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The following FAQs are intended to supplement the compliance materials available on the FTC website. COPPA required the Federal Trade Commission to issue and enforce regulations concerning children’s online privacy.

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A Statement of Basis and Purpose was issued when the COPPA Rule was promulgated in 1999, and another Statement of Basis and Purpose was issued when the Rule was revised in 2012. It also applies to operators of general audience websites or online services with actual knowledge that they are collecting, using, or disclosing personal information from children under 13.

COPPA SAFE HARBOR PROGRAMS Congress enacted the Children’s Online Privacy Protection Act (COPPA) in 1998.

Mobile applications that connect to the Internet, Internet-enabled gaming platforms, voice-over-Internet protocol services, and Internet-enabled location-based services also are online services covered by COPPA. COPPA only applies to personal information collected online children, including personal information about themselves, their parents, friends, or other persons. In enacting the Children’s Online Privacy Protection Act, Congress determined to apply the statute’s protections only to children under 13, recognizing that younger children are particularly vulnerable to overreaching by marketers and may not understand the safety and privacy issues created by the online collection of personal information. The Rule governs the online collection of personal information from children by a covered operator, even if children volunteer the information or are not required by the operator to input the information to participate on the webssite or service. Information about such tools is available at organizations such as and from manufacturers of several operating systems. COPPA covers operators of general audience websites or online services only where such operators have that a child under age 13 is the person providing personal information.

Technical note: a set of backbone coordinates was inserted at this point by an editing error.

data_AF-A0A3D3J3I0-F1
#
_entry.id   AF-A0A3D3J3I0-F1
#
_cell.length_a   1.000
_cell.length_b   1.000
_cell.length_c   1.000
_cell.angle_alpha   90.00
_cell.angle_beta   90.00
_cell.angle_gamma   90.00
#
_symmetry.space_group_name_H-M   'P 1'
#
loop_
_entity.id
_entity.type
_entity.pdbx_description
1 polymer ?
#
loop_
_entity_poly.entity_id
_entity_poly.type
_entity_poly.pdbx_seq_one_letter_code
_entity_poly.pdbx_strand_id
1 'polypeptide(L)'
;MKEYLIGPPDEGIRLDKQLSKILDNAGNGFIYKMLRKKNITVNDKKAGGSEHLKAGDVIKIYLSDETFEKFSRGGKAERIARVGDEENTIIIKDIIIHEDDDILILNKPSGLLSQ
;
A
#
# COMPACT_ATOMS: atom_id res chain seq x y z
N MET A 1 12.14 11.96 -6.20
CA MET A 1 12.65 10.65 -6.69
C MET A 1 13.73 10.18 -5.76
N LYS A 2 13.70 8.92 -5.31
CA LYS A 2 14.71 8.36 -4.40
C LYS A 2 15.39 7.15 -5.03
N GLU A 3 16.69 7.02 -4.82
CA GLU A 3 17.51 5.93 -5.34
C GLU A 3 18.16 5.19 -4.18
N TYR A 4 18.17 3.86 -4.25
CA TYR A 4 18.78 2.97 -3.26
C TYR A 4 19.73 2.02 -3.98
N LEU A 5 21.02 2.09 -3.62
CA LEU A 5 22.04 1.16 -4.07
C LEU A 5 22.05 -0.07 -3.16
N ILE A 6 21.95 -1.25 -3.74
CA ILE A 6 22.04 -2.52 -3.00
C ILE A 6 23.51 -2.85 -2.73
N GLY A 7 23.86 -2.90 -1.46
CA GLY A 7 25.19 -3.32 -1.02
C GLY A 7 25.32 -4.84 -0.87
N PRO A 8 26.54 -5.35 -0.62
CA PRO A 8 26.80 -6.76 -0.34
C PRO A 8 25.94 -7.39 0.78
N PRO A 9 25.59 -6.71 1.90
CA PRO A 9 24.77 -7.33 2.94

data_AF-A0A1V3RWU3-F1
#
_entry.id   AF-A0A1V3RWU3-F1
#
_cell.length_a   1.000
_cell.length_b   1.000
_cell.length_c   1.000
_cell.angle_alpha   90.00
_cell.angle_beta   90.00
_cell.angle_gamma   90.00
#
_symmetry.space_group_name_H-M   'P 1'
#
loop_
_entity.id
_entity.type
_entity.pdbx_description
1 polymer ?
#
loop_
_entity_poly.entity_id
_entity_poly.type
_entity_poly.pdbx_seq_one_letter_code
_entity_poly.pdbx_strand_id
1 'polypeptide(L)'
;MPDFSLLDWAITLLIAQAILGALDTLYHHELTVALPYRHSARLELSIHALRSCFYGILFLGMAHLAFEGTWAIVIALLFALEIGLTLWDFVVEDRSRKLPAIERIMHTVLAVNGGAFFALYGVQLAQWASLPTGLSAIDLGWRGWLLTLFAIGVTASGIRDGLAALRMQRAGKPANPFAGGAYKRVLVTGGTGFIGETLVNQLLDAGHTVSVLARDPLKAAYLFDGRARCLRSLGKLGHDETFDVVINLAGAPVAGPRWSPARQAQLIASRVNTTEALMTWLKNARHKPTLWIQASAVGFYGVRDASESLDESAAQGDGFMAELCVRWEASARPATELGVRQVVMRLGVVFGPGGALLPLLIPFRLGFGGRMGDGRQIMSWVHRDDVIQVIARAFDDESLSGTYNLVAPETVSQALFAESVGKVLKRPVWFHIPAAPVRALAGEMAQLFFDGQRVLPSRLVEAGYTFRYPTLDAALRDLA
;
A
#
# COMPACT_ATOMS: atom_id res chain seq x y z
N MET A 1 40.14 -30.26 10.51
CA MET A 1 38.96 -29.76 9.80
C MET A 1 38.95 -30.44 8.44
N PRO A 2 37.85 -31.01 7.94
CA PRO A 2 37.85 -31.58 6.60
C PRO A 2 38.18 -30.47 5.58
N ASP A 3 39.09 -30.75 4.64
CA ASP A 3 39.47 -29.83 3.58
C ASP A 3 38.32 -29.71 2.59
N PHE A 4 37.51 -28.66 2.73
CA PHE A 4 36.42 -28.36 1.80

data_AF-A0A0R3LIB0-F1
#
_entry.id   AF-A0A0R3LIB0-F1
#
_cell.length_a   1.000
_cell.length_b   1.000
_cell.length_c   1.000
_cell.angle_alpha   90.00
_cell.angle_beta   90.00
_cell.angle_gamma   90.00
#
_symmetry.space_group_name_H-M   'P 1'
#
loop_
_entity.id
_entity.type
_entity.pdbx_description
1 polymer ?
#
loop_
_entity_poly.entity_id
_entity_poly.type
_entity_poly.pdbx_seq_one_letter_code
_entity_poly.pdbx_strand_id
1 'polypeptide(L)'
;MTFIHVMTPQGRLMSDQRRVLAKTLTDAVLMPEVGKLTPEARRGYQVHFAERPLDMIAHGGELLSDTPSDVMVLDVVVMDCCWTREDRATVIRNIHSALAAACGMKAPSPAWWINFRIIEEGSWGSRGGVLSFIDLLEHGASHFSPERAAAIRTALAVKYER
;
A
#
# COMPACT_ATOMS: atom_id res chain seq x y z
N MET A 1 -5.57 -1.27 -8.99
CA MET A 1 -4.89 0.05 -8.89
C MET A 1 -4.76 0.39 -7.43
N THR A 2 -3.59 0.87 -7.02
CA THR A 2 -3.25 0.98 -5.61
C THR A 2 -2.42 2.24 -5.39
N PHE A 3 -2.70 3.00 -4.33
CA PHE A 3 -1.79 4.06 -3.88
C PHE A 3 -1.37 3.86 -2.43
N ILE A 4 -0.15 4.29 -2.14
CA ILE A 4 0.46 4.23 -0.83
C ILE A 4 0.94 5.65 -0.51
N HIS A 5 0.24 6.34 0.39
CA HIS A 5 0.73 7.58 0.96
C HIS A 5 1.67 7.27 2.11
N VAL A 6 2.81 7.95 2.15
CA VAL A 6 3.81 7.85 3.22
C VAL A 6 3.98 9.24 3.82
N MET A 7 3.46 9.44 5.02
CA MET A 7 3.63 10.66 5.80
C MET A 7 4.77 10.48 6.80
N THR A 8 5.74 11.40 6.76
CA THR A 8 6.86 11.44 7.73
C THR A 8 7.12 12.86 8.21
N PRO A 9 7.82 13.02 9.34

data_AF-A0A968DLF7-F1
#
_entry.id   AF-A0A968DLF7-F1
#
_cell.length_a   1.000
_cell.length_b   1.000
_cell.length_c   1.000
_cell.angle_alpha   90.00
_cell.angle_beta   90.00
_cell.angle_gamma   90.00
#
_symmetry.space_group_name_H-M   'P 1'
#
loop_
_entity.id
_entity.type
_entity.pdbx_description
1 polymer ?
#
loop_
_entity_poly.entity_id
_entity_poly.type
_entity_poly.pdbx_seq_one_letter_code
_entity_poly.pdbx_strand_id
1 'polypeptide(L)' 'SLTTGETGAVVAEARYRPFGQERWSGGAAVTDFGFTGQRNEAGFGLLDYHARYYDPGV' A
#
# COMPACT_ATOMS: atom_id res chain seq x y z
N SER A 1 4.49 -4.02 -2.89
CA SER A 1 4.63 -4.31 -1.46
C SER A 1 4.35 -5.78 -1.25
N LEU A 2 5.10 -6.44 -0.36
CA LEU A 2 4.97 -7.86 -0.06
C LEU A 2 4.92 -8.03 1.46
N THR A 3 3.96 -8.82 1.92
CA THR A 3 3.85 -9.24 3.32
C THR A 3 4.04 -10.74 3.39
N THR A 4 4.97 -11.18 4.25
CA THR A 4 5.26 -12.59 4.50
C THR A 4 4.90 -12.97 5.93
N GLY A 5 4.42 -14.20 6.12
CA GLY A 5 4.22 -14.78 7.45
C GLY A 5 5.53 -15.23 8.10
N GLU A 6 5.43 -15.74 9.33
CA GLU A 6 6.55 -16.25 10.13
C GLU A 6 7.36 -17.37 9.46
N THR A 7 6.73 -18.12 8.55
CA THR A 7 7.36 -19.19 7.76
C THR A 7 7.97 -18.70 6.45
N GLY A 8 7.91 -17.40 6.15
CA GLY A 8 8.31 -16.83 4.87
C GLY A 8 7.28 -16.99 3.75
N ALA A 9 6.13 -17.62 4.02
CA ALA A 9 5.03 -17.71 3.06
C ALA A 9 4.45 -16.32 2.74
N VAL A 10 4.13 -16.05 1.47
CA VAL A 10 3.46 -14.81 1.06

However, the Commission’s 1999 Statement of Basis and Purpose notes that the Commission expects that operators will keep confidential 64 Fed. Although COPPA does not apply to teenagers, the FTC is concerned about teen privacy and does believe that strong, more flexible, protections may be appropriate for this age group. The Rule also covers operators that allow children publicly to post personal information. The Rule does not require operators to ask the age of visitors.

Parents, consumer groups, industry members, and others that believe an operator is violating COPPA may submit complaints to the FTC through the FTC’s website, gov, or toll free number, (877) FTC-HELP.

A court can hold operators who violate the Rule liable for civil penalties of up to ,654 per violation.

To view the Rule and compliance materials, go to the FTC's COPPA page for businesses. GENERAL AUDIENCE, TEEN, AND MIXED-AUDIENCE SITES OR SERVICESH. The Rule was designed to protect children under age 13 while accounting for the dynamic nature of the Internet.

This document serves as a small entity compliance guide pursuant to the Small Business Regulatory Enforcement Fairness Act. WEBSITES AND ONLINE SERVICES DIRECTED TO CHILDRENE. The Rule applies to operators of commercial websites and online services (including mobile apps) directed to children under 13 that collect, use, or disclose personal information from children, and operators of general audience websites or online services with actual knowledge that they are collecting, using, or disclosing personal information from children under 13.

The amended Rule of course applies to any personal information that is collected after the effective date of the Rule.

Below we address, for each new category of personal information, an operator’s obligations regarding use or disclosure of previously collected information that will be deemed personal information once the amended Rule goes into effect: As discussed in additional FAQs below, the amendments to the Rule help to ensure that COPPA continues to meet its originally stated goals to minimize the collection of personal information from children and create a safer, more secure online experience for them, even as online technologies, and children’s uses of such technologies, evolve.

The Rule also applies to websites or online services that have actual knowledge that they are collecting personal information directly from users of another website or online service directed to children.

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